Tuesday, 6 May 2014

914 THE HOLD STEADY, Cheerleader, London Shepherd's Bush Bush Hall, Monday 5th May 2014






“The Kings have returned to reclaim their throne” was how I proclaimed the return of The Hold Steady with their new album “Teeth Dreams” earlier this year; after an uncharacteristic 3 year absence, Minneapolis’ finest and consistently my favourite rock’n’roll band since I first heard the heady rush of their breakthrough album “Boys And Girls In America” back in 2007, are back – and with a vengeance, the lion finding its’ teeth again after a slightly disappointing effort last time out in “Heaven Is Whenever” with a bleeding-raw slab of prime rock’n’roll, a real stunner to match that last album’s 2 predecessors. Coinciding with the record, a short sojourn of small venues was announced, and it seemed I’d not been the only one bemoaning their absence as it pretty much sold out immediately! I jumped on the website when they went on sale, but my efforts were met with “not available… not available… sold out!” In frustration, I phoned the venue, who after some forlorn pleading, kindly put me on a “pay on the door” reserve list. So I was in!

So, after a lovely day at Kasey’s 5th birthday party, I hit the road just after 5, hitting Bank Holiday traffic on the outskirts of London but still parking up in my usual spot just before 7. Joined the queue after samosa tea, gleefully handing over the £20 entrance fee and entering the ornate dimly pink-lit room early doors, people watching from stage left as it filled up, mainly with blokes! Chatted with a young couple, Silas and Laura, before openers Cheerleader took the small stage at 8.30 prompt. A Philadelphia 5-piece, they played a brand of summery jangle pop which initially was wide-eyed, innocent and insubstantial, sounding cloying and dated. However they toughened up with a couple of more powerpoppy numbers to finish, a chugalong “Perfect Vision” and a very melodic, driving Posies-like “Tomorrow Never Knows”, hinting at greater potential. Write more like these last 2, boys, then we can talk…!

Then suddenly the stage front filled up considerably, and the place felt like the super-quick sell-out that it was. The place felt about to blow, with anticipation palpable, before the highly appropriate entrance music of “We’re Gonna Have A Good Time Together” hit, and the band sauntered onstage for 9.30 to a frenzied reception, mainman Craig Finn striding on enthusiastically and announcing, “I bet you all thought you were going to a Hold Steady gig… but instead you’ve all been invited to our Cinco De Maio party!” They hit the opening bars to “I Hope This Whole Thing Didn’t Frighten You”, the blazing opener to the new album, and the place erupted, a huge moshpit breaking out from note one and staying in situ throughout. And I was right in it – hell yes, I was!

This was one for the books, a raw, ragged, elemental, euphoric distillation of the all-inclusive power of rock’n’roll. “Frighten” was brilliant, then incredibly it got better, a punk rock “Ask Her For Adderal” savage and strident, and “Stuck Between Stations” a euphoric blast. And Craig Finn was everywhere; kinetic, brimfull of nervous energy, fire and verve, exhorting the crowd throughout, constantly repeating lines he’d just sung off-mic, a stupid grin never far from his features, a man in permanent fantasy band camp, his performance was utterly mesmeric. I abandoned myself to the mosh and the moment.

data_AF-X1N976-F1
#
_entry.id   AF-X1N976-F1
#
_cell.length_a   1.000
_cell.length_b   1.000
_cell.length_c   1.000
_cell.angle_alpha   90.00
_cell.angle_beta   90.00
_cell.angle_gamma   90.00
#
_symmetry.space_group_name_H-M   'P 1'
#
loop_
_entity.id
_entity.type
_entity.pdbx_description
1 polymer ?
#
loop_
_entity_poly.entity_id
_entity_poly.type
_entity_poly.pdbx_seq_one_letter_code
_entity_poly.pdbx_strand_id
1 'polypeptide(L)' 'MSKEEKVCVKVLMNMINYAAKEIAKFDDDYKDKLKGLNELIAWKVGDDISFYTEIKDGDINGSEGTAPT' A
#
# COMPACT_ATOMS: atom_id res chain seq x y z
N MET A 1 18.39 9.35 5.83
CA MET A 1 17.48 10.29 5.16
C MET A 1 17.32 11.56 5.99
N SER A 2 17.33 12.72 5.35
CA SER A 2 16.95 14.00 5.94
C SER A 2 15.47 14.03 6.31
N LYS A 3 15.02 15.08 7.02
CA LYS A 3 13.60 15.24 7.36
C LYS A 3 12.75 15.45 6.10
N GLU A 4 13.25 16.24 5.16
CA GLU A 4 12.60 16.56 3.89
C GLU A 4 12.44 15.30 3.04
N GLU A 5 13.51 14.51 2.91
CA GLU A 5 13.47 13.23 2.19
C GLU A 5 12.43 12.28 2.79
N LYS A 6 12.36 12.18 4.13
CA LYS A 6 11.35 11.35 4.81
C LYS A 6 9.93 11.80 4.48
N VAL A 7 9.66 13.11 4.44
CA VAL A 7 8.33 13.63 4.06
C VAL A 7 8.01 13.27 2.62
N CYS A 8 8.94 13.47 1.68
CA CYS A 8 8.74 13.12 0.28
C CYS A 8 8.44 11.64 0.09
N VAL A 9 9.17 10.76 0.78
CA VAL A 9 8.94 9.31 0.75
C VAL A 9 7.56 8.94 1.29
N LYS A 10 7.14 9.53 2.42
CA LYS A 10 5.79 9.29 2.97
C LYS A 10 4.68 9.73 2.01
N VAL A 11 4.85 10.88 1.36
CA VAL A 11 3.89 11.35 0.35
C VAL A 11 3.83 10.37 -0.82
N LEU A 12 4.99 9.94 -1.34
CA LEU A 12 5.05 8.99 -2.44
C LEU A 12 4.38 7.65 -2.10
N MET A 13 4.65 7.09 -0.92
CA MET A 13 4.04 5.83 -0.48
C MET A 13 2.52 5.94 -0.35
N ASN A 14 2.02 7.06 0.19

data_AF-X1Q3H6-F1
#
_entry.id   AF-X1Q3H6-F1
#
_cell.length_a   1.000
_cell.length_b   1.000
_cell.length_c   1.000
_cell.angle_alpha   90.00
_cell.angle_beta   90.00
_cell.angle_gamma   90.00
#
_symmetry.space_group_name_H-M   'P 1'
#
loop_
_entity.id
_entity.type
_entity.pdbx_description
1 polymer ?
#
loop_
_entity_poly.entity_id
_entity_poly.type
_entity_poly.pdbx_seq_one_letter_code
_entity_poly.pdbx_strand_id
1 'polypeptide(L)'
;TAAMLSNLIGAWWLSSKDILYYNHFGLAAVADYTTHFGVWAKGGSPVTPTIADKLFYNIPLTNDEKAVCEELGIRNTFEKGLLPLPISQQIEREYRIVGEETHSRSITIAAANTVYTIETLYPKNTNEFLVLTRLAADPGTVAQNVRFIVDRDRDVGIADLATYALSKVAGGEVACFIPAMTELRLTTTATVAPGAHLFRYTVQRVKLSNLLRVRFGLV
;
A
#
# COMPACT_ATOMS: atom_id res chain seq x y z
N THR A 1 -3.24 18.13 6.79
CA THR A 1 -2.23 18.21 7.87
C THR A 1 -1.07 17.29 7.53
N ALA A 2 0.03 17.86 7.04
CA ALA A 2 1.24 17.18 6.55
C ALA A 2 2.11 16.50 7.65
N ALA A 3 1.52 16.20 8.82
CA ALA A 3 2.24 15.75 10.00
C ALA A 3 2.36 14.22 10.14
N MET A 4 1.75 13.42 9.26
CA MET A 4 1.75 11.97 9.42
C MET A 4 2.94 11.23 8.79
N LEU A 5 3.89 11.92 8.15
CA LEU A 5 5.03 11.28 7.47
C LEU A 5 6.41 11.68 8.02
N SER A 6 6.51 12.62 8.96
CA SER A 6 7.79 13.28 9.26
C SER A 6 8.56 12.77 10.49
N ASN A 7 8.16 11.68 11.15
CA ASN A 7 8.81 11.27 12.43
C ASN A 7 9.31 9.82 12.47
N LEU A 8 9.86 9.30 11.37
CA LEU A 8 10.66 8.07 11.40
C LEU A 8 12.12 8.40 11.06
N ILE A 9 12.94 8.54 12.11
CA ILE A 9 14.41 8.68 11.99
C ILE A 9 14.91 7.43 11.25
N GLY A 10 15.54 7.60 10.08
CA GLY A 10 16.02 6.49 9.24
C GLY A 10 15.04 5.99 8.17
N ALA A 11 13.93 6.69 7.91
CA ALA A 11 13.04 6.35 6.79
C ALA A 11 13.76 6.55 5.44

Thankfully there were moments of light and shade in the set, a reverent hush descending for “Almost Everything” (“about being on tour and meeting cool people,” according to Finn) and the later, slow-burn to anthemic chorus of “Ambassador” diffused the mood after the tremendous Thin Lizzy-like snaking riffery “Spinners” (the lyric, “there might be a fight, there might be a miracle” pretty much summing up tonight’s show!). But the rock was aplenty; “Hoodrat Friend” was ragged and frenzied, and a brilliant singalong “Southtown Girls” saw the set out, Finn high-fiving his guitarists as they delivered perfect middle-8 riffs.

Then, incredibly, it got even better… the encore sneaked smoothly in with a hushed “Citrus”, but then roared into the terrace chant “Whoa-oh”s of “Massive Nights”, Finn theatrically pausing to deliver the final line of “when the chaperone said…. we’re gonna build something this Summer!” taking us into the Husker Du-like riffery of the magnificent “Constructive Summer”, the highlight of the night – hell, the highlight of my gig year to date. Brilliant. Another terrace chant “Stay Positive” segued into a languid, libidinous finale of “Killer Parties” and saw the wide-eyed Finn deliver a lengthy thanks, culminating in the statement, “there is so much JOY in what we do up here!” And I get it. I totally do. Grabbed a handshake with new guitarist Steve Selvidge (plus his set-list!) as Finn ended with the totally appropriate, “you, me, all of us.. WE are The Hold Steady!” Damn straight, this was a brilliant, totally all-inclusive demonstration of the connection between band and audience, rock’n’roll at its finest.

I extricated myself from the melee, the suddenly realised exactly how sweaty and battered about I’d become, my condition requiring me to drive out of London shirtless, with the windows down! I’m writing this the following lunchtime and my ears are still ringing. The Kings are back – and how!
 

2 comments:

  1. Hey man, its Silas from the gig, found your card amongst the sweaty remains of my shirt! Great write up, couldn't have put it better myself, one of the best shows I've ever seen!

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  2. Thanks for the comments Silas. It was great to meet you and your lovely lady Laura. Keep gigging, young sir!

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